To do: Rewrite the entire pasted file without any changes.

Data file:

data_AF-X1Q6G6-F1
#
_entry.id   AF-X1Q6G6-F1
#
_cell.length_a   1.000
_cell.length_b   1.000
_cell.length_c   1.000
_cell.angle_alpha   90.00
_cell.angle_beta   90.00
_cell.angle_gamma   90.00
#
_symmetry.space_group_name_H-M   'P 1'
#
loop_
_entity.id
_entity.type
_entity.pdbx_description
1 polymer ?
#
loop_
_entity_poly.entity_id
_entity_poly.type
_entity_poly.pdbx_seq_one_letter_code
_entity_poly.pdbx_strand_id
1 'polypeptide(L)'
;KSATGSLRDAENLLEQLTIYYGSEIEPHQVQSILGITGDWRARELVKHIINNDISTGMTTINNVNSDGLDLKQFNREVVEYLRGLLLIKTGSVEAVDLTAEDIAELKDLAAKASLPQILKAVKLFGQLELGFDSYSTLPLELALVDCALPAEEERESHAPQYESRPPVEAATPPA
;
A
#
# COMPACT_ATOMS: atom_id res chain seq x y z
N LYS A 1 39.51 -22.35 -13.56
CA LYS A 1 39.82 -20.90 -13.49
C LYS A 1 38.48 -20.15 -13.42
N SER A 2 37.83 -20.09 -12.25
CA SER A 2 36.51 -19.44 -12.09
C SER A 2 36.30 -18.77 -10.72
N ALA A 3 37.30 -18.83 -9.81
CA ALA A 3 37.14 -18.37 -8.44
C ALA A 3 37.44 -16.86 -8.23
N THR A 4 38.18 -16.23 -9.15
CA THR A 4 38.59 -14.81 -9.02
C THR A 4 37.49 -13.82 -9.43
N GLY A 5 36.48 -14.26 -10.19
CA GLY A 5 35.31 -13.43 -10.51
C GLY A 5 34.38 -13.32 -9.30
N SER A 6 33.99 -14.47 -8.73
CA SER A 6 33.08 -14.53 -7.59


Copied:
data_AF-X1Q6G6-F1
#
_entry.id   AF-X1Q6G6-F1
#
_cell.length_a   1.000
_cell.length_b   1.000
_cell.length_c   1.000
_cell.angle_alpha   90.00
_cell.angle_beta   90.00
_cell.angle_gamma   90.00
#
_symmetry.space_group_name_H-M   'P 1'
#
loop_
_entity.id
_entity.type
_entity.pdbx_description
1 polymer ?
#
loop_
_entity_poly.entity_id
_entity_poly.type
_entity_poly.pdbx_seq_one_letter_code
_entity_poly.pdbx_strand_id
1 'polypeptide(L)'
;KSATGSLRDAENLLEQLTIYYGSEIEPHQVQSILGITGDWRARELVKHIINNDISTGMTTINNVNSDGLDLKQFNREVVEYLRGLLLIKTGSVEAVDLTAEDIAELKDLAAKASLPQILKAVKLFGQLELGFDSYSTLPLELALVDCALPAEEERESHAPQYESRPPVEAATPPA
;
A
#
# COMPACT_ATOMS: atom_id res chain seq x y z
N LYS A 1 39.51 -22.35 -13.56
CA LYS A 1 39.82 -20.90 -13.49
C LYS A 1 38.48 -20.15 -13.42
N SER A 2 37.83 -20.09 -12.25
CA SER A 2 36.51 -19.44 -12.09
C SER A 2 36.30 -18.77 -10.72
N ALA A 3 37.30 -18.83 -9.81
CA ALA A 3 37.14 -18.37 -8.44
C ALA A 3 37.44 -16.86 -8.23
N THR A 4 38.18 -16.23 -9.15
CA THR A 4 38.59 -14.81 -9.02
C THR A 4 37.49 -13.82 -9.43
N GLY A 5 36.48 -14.26 -10.19
CA GLY A 5 35.31 -13.43 -10.51
C GLY A 5 34.38 -13.32 -9.30
N SER A 6 33.99 -14.47 -8.73
CA SER A 6 33.08 -14.53 -7.59